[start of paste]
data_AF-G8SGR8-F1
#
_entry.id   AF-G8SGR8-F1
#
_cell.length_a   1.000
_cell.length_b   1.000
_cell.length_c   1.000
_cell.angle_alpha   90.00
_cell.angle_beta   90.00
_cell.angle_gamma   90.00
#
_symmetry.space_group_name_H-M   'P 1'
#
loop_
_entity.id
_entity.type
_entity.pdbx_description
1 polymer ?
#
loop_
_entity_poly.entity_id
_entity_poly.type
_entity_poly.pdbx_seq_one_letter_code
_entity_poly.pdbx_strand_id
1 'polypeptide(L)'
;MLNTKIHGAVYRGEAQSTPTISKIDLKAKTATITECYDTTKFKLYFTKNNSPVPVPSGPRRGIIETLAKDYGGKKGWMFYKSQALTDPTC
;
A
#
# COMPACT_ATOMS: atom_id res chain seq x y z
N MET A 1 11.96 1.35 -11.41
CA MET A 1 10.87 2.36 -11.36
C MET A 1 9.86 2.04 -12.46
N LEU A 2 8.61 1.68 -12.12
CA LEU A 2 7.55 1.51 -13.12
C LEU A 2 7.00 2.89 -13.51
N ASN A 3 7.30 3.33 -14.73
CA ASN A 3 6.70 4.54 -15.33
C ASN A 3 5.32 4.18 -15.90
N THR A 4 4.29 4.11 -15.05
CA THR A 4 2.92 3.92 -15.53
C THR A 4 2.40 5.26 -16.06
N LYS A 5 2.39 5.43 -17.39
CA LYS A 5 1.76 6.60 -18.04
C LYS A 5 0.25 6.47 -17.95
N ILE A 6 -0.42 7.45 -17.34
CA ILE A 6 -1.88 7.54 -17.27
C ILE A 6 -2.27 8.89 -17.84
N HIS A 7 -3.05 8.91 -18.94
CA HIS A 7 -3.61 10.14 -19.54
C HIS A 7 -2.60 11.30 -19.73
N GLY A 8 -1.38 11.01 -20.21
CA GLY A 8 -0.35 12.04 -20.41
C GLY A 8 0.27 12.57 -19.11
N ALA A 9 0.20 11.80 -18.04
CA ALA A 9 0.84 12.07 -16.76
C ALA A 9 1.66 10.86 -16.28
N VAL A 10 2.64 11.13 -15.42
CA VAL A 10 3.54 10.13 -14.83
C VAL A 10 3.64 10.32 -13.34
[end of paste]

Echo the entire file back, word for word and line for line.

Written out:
data_AF-G8SGR8-F1
#
_entry.id   AF-G8SGR8-F1
#
_cell.length_a   1.000
_cell.length_b   1.000
_cell.length_c   1.000
_cell.angle_alpha   90.00
_cell.angle_beta   90.00
_cell.angle_gamma   90.00
#
_symmetry.space_group_name_H-M   'P 1'
#
loop_
_entity.id
_entity.type
_entity.pdbx_description
1 polymer ?
#
loop_
_entity_poly.entity_id
_entity_poly.type
_entity_poly.pdbx_seq_one_letter_code
_entity_poly.pdbx_strand_id
1 'polypeptide(L)'
;MLNTKIHGAVYRGEAQSTPTISKIDLKAKTATITECYDTTKFKLYFTKNNSPVPVPSGPRRGIIETLAKDYGGKKGWMFYKSQALTDPTC
;
A
#
# COMPACT_ATOMS: atom_id res chain seq x y z
N MET A 1 11.96 1.35 -11.41
CA MET A 1 10.87 2.36 -11.36
C MET A 1 9.86 2.04 -12.46
N LEU A 2 8.61 1.68 -12.12
CA LEU A 2 7.55 1.51 -13.12
C LEU A 2 7.00 2.89 -13.51
N ASN A 3 7.30 3.33 -14.73
CA ASN A 3 6.70 4.54 -15.33
C ASN A 3 5.32 4.18 -15.90
N THR A 4 4.29 4.11 -15.05
CA THR A 4 2.92 3.92 -15.53
C THR A 4 2.40 5.26 -16.06
N LYS A 5 2.39 5.43 -17.39
CA LYS A 5 1.76 6.60 -18.04
C LYS A 5 0.25 6.47 -17.95
N ILE A 6 -0.42 7.45 -17.34
CA ILE A 6 -1.88 7.54 -17.27
C ILE A 6 -2.27 8.89 -17.84
N HIS A 7 -3.05 8.91 -18.94
CA HIS A 7 -3.61 10.14 -19.54
C HIS A 7 -2.60 11.30 -19.73
N GLY A 8 -1.38 11.01 -20.21
CA GLY A 8 -0.35 12.04 -20.41
C GLY A 8 0.27 12.57 -19.11
N ALA A 9 0.20 11.80 -18.04
CA ALA A 9 0.84 12.07 -16.76
C ALA A 9 1.66 10.86 -16.28
N VAL A 10 2.64 11.13 -15.42
CA VAL A 10 3.54 10.13 -14.83
C VAL A 10 3.64 10.32 -13.34